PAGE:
View of Staplestown village, near Carlow town, from the top of Castle Hill, later known as Pigeon Hill, looking across the River Burren. Little trace remains of the buildings shown here by Dineley. Although the hill is the artist’s stated position it appears in full outline in the image. The image includes a compass rose which indicates that the viewer’s gaze is directed roughly WNW. The annexed index identifies the principal buildings and their owners, with, in some cases, their trades. Other features include the castle at the base of the hill, the bridge across the River Burren, a mill-wheel, an inn-sign and a shop-sign, various out-buildngs, the roadways to Kilkenny, Carlow and Dublin, glades in the surrounding woodland and a feature called 'The Mount' which may have been a natural hill, a garden feature or a motte or tumulus.
Castle Hill, or Pigeon Hill, no longer exists, having been quarried extensively. The course of the river and position of the bridge have been altered, with the bridge now located a little further north than it was originally. Some vestiges of ‘The Turrets’ remain visible.
Archaeological Inventory of County Carlow, compiled by Anna Brindley and Annaba Kilfeather (Dublin: the Stationery Office, 1993), p. 94.
Information concerning local landmarks supplied by Henry O’Neill and family, Staplestown, 30 Oct. 2014.
Inscribed in Image
|Technique||Pen and ink drawings|
|Subject(s)||Architecture, Cities and towns, Manners and customs|
|Keywords(s)||Bridges, Buildings, Castles, Cottages, Doors & Doorways, Fishing, Gardens & parks, Gates, Hills, Houses, Mansions, Mills, Plans, Rivers, Stores & shops, Taverns (Inns), Towers, Trees, Windows|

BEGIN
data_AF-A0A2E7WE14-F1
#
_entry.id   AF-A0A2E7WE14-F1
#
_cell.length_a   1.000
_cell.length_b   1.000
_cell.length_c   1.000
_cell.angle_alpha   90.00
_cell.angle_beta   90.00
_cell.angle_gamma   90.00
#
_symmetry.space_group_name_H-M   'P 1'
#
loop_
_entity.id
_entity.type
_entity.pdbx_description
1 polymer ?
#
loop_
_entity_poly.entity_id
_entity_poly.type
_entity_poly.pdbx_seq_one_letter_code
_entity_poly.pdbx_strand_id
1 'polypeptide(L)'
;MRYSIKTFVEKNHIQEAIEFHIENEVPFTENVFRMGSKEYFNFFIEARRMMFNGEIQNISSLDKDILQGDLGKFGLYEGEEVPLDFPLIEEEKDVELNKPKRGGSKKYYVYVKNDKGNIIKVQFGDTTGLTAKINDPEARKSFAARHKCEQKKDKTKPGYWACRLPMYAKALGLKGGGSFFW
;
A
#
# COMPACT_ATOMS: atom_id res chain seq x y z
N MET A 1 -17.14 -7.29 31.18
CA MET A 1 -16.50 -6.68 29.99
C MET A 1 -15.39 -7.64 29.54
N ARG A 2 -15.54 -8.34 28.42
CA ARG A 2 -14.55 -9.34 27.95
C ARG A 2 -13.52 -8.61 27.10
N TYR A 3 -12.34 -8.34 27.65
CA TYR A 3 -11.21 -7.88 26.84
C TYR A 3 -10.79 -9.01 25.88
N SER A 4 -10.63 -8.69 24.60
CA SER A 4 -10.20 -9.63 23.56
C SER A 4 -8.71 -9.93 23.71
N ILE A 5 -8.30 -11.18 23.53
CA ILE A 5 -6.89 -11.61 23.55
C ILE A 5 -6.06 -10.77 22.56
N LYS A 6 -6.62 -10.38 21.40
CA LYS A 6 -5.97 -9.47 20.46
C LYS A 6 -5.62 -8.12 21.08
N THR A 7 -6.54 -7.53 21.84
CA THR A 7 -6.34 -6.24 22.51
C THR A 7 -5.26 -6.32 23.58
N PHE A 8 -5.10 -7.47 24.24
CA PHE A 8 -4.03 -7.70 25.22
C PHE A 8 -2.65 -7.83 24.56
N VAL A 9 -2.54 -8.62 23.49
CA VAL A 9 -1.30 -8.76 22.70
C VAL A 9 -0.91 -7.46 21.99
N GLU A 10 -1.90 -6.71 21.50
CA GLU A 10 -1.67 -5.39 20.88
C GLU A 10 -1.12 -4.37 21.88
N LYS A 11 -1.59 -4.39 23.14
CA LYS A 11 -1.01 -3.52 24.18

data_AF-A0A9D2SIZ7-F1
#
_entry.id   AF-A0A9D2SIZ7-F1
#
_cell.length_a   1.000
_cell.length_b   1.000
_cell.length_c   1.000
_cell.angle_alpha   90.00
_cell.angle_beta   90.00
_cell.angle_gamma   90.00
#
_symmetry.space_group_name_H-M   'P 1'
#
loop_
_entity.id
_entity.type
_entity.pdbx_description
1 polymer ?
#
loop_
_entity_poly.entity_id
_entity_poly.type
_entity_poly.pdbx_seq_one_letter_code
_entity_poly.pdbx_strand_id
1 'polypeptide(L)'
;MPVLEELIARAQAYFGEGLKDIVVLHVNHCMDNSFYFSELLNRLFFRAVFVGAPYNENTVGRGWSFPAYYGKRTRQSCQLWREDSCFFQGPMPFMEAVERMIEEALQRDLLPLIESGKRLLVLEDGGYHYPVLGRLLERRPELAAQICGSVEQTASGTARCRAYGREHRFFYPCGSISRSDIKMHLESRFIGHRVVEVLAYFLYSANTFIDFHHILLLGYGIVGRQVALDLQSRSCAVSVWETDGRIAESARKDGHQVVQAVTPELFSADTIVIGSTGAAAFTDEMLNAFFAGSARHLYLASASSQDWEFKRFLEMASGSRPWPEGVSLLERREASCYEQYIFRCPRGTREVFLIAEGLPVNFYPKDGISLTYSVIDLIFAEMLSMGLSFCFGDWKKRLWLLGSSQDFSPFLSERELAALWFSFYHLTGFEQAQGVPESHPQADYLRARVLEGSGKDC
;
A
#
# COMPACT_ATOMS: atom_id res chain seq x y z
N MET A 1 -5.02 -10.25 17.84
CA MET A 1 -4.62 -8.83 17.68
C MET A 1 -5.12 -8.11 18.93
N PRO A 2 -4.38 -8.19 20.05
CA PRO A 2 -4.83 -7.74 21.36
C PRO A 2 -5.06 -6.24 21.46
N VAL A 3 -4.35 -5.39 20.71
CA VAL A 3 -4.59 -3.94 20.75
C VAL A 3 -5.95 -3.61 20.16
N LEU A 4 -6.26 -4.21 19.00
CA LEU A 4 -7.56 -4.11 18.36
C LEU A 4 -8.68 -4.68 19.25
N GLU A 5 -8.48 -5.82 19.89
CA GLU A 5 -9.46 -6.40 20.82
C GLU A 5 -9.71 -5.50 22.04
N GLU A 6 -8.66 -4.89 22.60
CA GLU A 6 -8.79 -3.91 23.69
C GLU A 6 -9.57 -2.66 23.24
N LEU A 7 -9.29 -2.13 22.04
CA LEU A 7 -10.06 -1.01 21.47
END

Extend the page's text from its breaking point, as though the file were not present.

|Dimensions||14.6 cm x 20.6 cm|
|Published / created||1681|
|Travel Account||Observations in a Voyage through the Kingdom of Ireland|
|Print or manuscript||Manuscript|
|Location of image in copy||p. 83|
|Source copy||National Library of Ireland MS 392|
|Rights||Courtesy of the National Library of Ireland|
Related text from travel account
|A mile and a half distant from Carlow is STAPLES TOWN heretofore belonging to Sr John Temple master of the Rolls in Ireland, Purchased by John Tench Esqr \once/ of Lincolns Inne in the county of Middx. now one of his Majesties Justices of the Peace for the county of Carlow. and sett by him to Capn Edward Brabazon One of his Maties. most honble Privy Councill in the Kingdome of Ireland brother to the Rt Honble the Earle of Meath.
BURREN this river aboundes with Pike, and a silver Eele second to none in the three Kingdomes.
I cannot forget the saying of Ingenious Mr James More heretofore chaplain to Sr John Temple.
That Rivers and the Inhabitants of the watry Element were made for wise men to contemplate, and Fools to pass by without consideration. As I shall not be so immodest as to range myself with the first, so I shall endeavour to throw off the scandall of the last, by some small account as I go along.
Mr Moor observed to me that the Burren in its course differs from all the Rivers in this Kingdome, for that it naturally runs from the Sea when all the others run to it.
In this river are found some small stones clearer and harder than Christall.
On an hill also belonging to Staples Town, are plow'd up severall clearer & harder than Cristall all squared and pointed One whereof almost two Inches long was presented to me by Walter Welden Esqr found upon those Lands.
[p. 83] [image: Staplestown]
[p. 84] Linnen manufacture is sett on foot in this county of Carlo: for encouragement whereof once a yeer a Jury is sworne of understanding men in that affaire to view the clothes and give in who hath made the best, for which they receive of this county so much viz. [blank space], the next best hath a lower, and the 3d a lower rate than that, in which degree stand all that are brought finish’d & whiten’d, that none should loose, and this work goes by the name of County-Cloth, putting ye young women & maydens of this county to employ all their skill Industry and Endeavours to exceed each other in Spinning weaving whitening &c for ye Triumph of that day which they are not a little proud of.
They who bore the bell away this Anno 1681 were the daughters of Captain Ewers and sisters to William Ewers Esqr. att Benekerry castle within two miles of Carlow. [pp. 82-84]